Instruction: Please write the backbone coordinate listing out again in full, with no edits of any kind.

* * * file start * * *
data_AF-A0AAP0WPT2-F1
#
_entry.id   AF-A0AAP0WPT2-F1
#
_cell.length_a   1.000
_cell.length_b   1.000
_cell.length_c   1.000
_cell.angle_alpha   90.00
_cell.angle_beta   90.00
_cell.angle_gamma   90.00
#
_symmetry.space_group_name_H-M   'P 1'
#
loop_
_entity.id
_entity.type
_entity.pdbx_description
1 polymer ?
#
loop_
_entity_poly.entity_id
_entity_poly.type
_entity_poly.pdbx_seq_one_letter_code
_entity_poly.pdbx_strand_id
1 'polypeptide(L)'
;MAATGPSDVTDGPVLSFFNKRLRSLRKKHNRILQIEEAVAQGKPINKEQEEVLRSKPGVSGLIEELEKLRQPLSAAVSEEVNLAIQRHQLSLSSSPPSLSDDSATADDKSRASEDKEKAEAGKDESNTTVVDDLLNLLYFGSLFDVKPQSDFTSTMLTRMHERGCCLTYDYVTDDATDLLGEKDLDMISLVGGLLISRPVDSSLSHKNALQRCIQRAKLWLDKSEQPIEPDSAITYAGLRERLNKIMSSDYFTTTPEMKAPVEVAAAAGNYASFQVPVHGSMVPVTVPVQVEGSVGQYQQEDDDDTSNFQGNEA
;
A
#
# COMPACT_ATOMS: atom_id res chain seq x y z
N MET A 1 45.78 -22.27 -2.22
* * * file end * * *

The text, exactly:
data_AF-A0AAP0WPT2-F1
#
_entry.id   AF-A0AAP0WPT2-F1
#
_cell.length_a   1.000
_cell.length_b   1.000
_cell.length_c   1.000
_cell.angle_alpha   90.00
_cell.angle_beta   90.00
_cell.angle_gamma   90.00
#
_symmetry.space_group_name_H-M   'P 1'
#
loop_
_entity.id
_entity.type
_entity.pdbx_description
1 polymer ?
#
loop_
_entity_poly.entity_id
_entity_poly.type
_entity_poly.pdbx_seq_one_letter_code
_entity_poly.pdbx_strand_id
1 'polypeptide(L)'
;MAATGPSDVTDGPVLSFFNKRLRSLRKKHNRILQIEEAVAQGKPINKEQEEVLRSKPGVSGLIEELEKLRQPLSAAVSEEVNLAIQRHQLSLSSSPPSLSDDSATADDKSRASEDKEKAEAGKDESNTTVVDDLLNLLYFGSLFDVKPQSDFTSTMLTRMHERGCCLTYDYVTDDATDLLGEKDLDMISLVGGLLISRPVDSSLSHKNALQRCIQRAKLWLDKSEQPIEPDSAITYAGLRERLNKIMSSDYFTTTPEMKAPVEVAAAAGNYASFQVPVHGSMVPVTVPVQVEGSVGQYQQEDDDDTSNFQGNEA
;
A
#
# COMPACT_ATOMS: atom_id res chain seq x y z
N MET A 1 45.78 -22.27 -2.22